It’s also good for those whose circumstances are likely to improve over time and who have a steady and relatively stable income.

Before applying for a DMP, you should be sure that you will still be able to pay your priority bills, such as your mortgage/rent and council tax.

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What debts can be included in a Debt Management Plan?

Not all debts can be included in a DMP; it’s designed to help with non-priority debts. Debts suitable for this solution include:

  • Personal loans
  • Credit card debt
  • Overdrafts
  • Bank/building society loans
  • Payday loans
  • Store cards/credit
  • Money borrowed from friends/family

Debts that are unsuitable for a DMP include:

  • Council tax
  • Income tax
  • Court fines
  • National Insurance
  • Hire purchase contracts for essential items
  • Child support or maintenance
  • TV licence
  • Utility bills

Do Debt Management Plans hurt your credit?

It’s important to be aware that entering into a Debt Management Plan will usually have a negative impact on your credit score – the three-digit score that reflects your chances of being accepted for credit in the future.

When you enter into a DMP, you’re agreeing to pay a lower amount towards your debts each month that would normally be expected.

While this helps you lower your costs, reduced payments will show up in your credit report.

This can signal to lenders that you’re someone who has difficulty paying back what they owe, with the result being a lower credit rating.

It’s worth bearing in mind that failing to pay back your debts will hurt your credit score anyway, so even though a DMP might impact your credit score in short term, it could still be the best way for you to work towards long-term financial stability.

What are the advantages and disadvantages of a Debt Management Plan?


  • Your DMP won’t be recorded on an insolvency register
  • A DMP shows you’re willing to repay your debt in full
  • Creditors can freeze interest and charges on your debts
  • DMPs can be changed if your personal situation changes
  • A DMP will reduce monthly payments towards your debts
  • Your DMP provider will deal with creditors on your behalf


  • You will have to repay your debt in full with a DMP
  • Creditors may reject the offer of reduced payments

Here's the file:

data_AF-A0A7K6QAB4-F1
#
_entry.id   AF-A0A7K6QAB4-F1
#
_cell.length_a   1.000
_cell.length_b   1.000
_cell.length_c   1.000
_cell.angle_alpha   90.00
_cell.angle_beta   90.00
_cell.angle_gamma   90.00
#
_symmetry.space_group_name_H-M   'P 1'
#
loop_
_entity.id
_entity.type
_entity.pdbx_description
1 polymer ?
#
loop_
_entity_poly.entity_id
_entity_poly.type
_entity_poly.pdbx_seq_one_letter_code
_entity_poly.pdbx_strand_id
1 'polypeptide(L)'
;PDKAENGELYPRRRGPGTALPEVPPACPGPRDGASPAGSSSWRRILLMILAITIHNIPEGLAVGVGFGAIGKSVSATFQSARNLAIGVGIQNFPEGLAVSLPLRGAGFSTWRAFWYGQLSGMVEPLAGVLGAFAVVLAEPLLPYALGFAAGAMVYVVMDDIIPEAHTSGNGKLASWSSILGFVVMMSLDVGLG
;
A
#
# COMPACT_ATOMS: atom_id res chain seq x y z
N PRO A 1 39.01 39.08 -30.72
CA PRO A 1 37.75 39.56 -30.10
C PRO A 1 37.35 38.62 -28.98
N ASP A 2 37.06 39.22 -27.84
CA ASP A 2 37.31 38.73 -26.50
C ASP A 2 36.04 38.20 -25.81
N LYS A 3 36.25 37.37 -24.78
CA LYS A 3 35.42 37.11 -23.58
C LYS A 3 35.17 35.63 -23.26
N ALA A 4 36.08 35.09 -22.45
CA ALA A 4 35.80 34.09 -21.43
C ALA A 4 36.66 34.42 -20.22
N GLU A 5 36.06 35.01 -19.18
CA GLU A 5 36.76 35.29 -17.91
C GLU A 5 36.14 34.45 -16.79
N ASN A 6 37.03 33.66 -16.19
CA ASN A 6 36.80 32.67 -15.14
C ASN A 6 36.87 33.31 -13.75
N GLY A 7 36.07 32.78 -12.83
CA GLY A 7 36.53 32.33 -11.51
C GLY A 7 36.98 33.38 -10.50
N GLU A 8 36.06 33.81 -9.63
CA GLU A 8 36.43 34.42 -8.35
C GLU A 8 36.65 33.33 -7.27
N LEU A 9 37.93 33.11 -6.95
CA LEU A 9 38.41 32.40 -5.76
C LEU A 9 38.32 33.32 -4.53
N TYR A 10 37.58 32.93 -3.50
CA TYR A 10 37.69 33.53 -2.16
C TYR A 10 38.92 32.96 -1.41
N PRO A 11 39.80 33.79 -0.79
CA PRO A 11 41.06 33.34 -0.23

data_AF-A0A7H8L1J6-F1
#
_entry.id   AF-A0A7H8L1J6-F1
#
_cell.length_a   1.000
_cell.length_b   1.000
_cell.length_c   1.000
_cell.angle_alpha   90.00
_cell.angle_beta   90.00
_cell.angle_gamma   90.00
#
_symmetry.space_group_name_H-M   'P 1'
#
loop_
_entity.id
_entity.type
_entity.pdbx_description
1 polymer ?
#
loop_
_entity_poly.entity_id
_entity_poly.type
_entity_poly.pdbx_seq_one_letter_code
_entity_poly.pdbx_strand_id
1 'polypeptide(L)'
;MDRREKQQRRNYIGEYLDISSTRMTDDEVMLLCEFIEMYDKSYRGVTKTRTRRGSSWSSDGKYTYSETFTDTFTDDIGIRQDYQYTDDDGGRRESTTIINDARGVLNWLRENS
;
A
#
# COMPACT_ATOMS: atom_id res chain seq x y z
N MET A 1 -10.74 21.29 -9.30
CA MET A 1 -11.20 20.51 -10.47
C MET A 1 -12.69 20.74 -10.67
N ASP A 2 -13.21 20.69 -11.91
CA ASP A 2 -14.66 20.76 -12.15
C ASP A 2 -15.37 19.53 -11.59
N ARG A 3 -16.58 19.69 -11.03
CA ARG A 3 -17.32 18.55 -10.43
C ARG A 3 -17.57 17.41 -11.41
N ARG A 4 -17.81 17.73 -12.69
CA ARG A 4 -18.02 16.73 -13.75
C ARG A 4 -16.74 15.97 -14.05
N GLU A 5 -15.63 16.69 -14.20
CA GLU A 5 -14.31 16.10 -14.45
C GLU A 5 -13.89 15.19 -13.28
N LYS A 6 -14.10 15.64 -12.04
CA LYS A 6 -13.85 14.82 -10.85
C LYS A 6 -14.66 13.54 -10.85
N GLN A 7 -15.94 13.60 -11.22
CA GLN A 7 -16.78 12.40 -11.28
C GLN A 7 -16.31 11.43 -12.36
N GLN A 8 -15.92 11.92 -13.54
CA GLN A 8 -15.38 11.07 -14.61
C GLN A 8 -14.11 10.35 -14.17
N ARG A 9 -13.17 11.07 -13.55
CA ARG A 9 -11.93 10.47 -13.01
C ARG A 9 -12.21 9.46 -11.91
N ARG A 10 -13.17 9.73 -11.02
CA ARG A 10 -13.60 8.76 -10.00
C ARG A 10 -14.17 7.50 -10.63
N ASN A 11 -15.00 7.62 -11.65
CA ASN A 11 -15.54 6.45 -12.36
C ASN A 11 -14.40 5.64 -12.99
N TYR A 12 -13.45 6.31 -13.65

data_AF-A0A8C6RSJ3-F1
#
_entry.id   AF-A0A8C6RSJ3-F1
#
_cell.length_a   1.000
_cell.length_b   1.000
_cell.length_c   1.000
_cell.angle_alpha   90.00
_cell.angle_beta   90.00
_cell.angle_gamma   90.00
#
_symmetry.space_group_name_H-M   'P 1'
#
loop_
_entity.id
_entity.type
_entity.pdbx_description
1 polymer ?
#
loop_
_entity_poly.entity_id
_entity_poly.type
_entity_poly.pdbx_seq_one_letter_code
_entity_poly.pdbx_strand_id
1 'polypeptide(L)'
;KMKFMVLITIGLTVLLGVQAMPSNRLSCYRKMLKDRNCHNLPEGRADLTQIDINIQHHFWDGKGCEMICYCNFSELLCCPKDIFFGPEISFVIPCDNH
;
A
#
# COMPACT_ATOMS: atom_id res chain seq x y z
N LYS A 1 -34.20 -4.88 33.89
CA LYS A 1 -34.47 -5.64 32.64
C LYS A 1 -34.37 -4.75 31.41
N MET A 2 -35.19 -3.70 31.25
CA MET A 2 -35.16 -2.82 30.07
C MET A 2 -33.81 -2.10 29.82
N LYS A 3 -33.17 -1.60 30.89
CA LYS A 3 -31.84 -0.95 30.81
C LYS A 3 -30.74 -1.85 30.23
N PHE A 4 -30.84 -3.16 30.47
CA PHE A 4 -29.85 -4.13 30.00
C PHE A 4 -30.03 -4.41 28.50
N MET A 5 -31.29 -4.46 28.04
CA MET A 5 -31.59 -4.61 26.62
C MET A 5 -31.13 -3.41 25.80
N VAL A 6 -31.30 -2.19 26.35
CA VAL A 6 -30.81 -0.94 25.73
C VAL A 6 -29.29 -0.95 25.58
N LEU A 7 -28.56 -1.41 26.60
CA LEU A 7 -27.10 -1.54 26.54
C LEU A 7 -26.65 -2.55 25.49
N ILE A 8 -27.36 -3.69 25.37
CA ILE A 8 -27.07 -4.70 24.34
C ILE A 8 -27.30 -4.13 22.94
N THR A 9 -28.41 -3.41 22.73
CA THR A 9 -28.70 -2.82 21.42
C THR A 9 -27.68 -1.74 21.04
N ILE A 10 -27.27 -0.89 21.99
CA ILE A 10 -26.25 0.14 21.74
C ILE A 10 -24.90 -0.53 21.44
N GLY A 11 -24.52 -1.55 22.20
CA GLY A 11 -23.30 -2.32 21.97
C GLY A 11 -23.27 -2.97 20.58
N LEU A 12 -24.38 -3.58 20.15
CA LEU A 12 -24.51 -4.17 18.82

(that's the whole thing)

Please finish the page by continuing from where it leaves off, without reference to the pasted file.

• Your creditors can still take legal action against you
  • You may be contacted by creditors during your DMP
  • Some DMP providers charge fees for their services
  • Your credit score may be negatively impacted by a DMP

Is a Debt Management Plan a good idea?

Ultimately, whether a Debt Management Plan is a good option for you depends on your situation, but there are some broad criteria that might make you a good candidate.

If you are currently struggling to cover the cost of your monthly debt repayments, can’t keep on top of payments to multiple creditors, or you’d like a third party to deal with creditors on your behalf, a DMP may well be an option worth exploring.

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Frequently asked questions.

Need more info? Here are a few of our most frequently asked questions on this topic. If you don’t see the answer you’re looking for here, give us a ring – we’d love to help.


Your credit score will be affected by a DMP as it’s likely you’ll be paying less than the minimum payment amount detailed in your original credit agreement. While it isn’t always noted on your report, it can be flagged on it that your debts are being paid through the DMP.

You’ll find it difficult to apply for a mortgage or other form of finance while you’re in a DMP because of the affect it will have on your credit score. Once you’ve completed the plan and your debts have been cleared, this will become easier as your score will slowly improve.

Yes, it’s never guaranteed that the companies you’re in debt to will agree to your DMP offer. It’s also not guaranteed that they will freeze or reduce interest and charges, although declining is rare.

If you miss payments to your arrangement, the companies included may decide that they no longer agree to the DMP. If you find that you’re struggling to make payments to your DMP, you must contact your provider straight away.

As this solution is informal, there is nothing to legally say you have to include all your debts in a DMP. However, if you choose to leave out some debts and continue paying them yourself, it may affect the chances of the other companies agreeing to the plan.